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Covered Stents for Mesenteric Ischemia

Editor's Corner

Covered Stents for Mesenteric Ischemia

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Author Information:

Craig Walker, MD

In the October issue of Vascular Disease Management, Ying Huang, MD, Gustavo S. Oderich, MD, Peter Banga, MD, and Leonardo Reis de Souza, MD of the Mayo Clinic describe the utilization of balloon-expandable covered stents to treat chronic mesenteric ischemia. Dr. Oderich has been a pioneer in the interventional therapy of this disorder.

Chronic mesenteric ischemia typically occurs only with multivessel mesenteric/celiac artery artery obstruction because there is typically rich collateral flow to the gut. Chronic mesenteric ischemia is distinctly different than acute mesenteric ischemia, which is a true surgical emergency. Patients with chronic mesenteric ischemia often experience progressive unexplained weight loss and postprandial abdominal discomfort (intestinal angina), which may result in “food fear.” These patients often have a presumptive diagnosis of underlying malignancy. There are no definitive physical findings (although abdominal bruits may increase suspicion), and there are no reliable findings by endoscopy. It has been my experience that the overwhelming majority of patients with this problem are undiagnosed. The diagnosis requires a high index of suspicion coupled with ultrasound or angiographic evidence of multivessel involvement. Typically, a true lateral angiographic image of the abdominal aorta is best to demonstrate the disease process that typically is located at the origins of the gut vessels that arise from the anterior surface of the aorta.

Traditionally, chronic mesenteric ischemia has been treated with bypass surgery. Endovascular therapy utilizing balloon angioplasty and stenting is being utilized more commonly by physicians because it has less associated morbidity and is better tolerated in these patients, who are often malnourished and have diffuse atherosclerotic disease involving other organs. Unfortunately, stenting has been associated with a high risk of restenosis, particularly in the celiac artery where the median arcuate ligament may actually crush balloon-expandable stents.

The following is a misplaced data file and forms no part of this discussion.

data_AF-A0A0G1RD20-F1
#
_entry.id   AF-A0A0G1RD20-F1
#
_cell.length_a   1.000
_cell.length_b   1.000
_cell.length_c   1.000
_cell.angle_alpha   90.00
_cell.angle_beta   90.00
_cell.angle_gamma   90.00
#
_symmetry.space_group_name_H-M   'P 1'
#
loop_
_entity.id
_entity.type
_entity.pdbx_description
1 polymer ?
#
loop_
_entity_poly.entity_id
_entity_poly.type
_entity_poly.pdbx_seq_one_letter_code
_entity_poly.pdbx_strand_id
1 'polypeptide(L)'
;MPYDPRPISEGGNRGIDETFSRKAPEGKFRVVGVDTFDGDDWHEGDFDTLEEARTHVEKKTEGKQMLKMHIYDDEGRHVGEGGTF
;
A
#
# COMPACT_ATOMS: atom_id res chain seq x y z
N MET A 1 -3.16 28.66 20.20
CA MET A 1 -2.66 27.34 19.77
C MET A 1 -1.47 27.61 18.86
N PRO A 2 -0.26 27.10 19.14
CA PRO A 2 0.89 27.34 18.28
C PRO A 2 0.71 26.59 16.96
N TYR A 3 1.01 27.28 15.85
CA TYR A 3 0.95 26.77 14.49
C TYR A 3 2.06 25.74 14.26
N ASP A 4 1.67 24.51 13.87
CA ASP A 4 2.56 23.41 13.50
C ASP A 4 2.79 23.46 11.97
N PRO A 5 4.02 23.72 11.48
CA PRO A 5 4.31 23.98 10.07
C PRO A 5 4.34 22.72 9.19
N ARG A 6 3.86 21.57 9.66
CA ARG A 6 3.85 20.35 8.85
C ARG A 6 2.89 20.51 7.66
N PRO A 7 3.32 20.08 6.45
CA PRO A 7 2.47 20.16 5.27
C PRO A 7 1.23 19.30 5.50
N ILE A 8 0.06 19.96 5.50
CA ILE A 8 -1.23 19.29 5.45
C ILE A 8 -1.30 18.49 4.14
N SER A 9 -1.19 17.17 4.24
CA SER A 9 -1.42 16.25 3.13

Huang et al eloquently describe the indications and the technique they utilize in the endovascular treatment of chronic mesenteric ischemia. They report their experience utilizing polytetrafluoroethylene-covered balloon-expandable stents. In their experience, covered stents had better patency than bare-metal stents. Patency is crucial in mesenteric ischemia because the untreated vessels are most commonly occluded and therefore unable to serve as a source of collateral flow. The authors acknowledge that further study including a randomized controlled trial comparing bare metal and covered stents is warranted to assess efficacy, cost/benefit ratio, and safety.

Postinterventional follow-up of chronic mesenteric ischemia patients is crucial. Recurrent symptoms must be investigated vigorously to look for for restenosis and avoid the potentially disastrous complication of acute occlusion. Follow-up abdominal arterial vessel ultrasound is helpful in detecting restenosis and computed tomographic angiography is typically diagnostic.

I believe that the incidence of chronic mesenteric ischemia may be much higher than is traditionally reported. Optimizing interventional outcomes will certainly be multifactorial. Balloon-expandable covered stents may be part of the answer, but other factors, such as perfect sizing, total lesion coverage, protection from distal embolization and contrast-induced nephropathy, and pre- and post-procedural medications, need to be studied. Meticulous follow-up will be mandatory.

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